7Figure 14.2FIGURE 14.2 What do people look for when considering potential dating partners? Here are the results of a study in which personal ads were placed in newspapers. As you can see, men were more influenced by looks, and women by success
8Life in GroupsSocial Role: Patterns of behavior expected of people in various social positions (e.g., daughter, mother, teacher, President (!))Ascribed Role: Assigned to a person or not under personal controlAchieved Role: Attained voluntarily or by special effort (teacher, mayor, President)Role Conflict: When two or more roles make conflicting demands on behavior
9GroupsGroup Structure: Network of roles, communication, pathways, and power in a groupGroup Cohesiveness: Degree of attraction among group members or their commitment to remain in the groupIn Group: A group with which a person identifiesOut Group: Group with which a person does not identifyCohesive groups work better together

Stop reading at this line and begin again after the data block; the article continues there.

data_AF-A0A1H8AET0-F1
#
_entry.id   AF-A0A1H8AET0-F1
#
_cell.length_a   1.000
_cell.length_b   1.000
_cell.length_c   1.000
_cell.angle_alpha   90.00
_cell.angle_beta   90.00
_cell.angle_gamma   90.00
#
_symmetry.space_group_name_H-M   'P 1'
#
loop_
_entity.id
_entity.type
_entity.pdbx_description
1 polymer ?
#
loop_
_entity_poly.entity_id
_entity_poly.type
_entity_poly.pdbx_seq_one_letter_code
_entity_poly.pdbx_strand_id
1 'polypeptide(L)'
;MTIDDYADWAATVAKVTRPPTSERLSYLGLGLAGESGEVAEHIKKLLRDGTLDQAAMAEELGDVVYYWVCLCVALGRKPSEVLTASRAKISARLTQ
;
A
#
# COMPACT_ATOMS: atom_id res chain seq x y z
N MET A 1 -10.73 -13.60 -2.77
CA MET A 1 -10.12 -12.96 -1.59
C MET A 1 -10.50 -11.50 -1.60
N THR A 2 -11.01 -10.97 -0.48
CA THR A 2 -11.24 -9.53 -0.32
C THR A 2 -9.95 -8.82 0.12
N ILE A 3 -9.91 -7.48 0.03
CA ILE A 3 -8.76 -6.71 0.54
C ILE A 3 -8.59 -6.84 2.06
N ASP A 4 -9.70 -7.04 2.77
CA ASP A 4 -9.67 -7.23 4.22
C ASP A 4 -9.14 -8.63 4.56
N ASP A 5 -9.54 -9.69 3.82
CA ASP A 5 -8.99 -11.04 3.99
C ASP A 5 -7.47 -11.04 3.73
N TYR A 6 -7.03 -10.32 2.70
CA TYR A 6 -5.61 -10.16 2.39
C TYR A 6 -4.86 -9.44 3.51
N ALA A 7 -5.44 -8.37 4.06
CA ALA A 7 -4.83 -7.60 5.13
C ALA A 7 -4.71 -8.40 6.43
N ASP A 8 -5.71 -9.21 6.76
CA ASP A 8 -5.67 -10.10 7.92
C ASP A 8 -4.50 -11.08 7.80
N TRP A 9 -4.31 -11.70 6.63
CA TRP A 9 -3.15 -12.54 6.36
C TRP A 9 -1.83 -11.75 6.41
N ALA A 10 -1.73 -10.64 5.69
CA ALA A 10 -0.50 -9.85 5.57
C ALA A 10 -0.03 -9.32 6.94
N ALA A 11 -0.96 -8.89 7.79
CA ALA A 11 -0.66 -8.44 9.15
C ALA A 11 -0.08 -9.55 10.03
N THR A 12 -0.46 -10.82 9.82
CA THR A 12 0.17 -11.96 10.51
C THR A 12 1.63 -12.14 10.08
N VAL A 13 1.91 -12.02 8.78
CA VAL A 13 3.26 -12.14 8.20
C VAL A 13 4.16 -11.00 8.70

10Some More Important Terms Status: Level of social power and importanceNorm: Accepted but usually unspoken standard for appropriate behavior
11Figure 14.3FIGURE 14.3 Results of an experiment on norms concerning littering. The prior existence of litter in a public setting implies that littering is acceptable. This encourages others to “trash” the area.
12Social PerceptionFundamental Attribution Error: Tendency to attribute behavior of others to internal causes (personality, likes, etc.). We believe this even if they really have external causes!Actor-Observer Bias: Tendency to attribute behavior of others to internal causes while attributing one’s own behavior to external causes (situations and circumstances).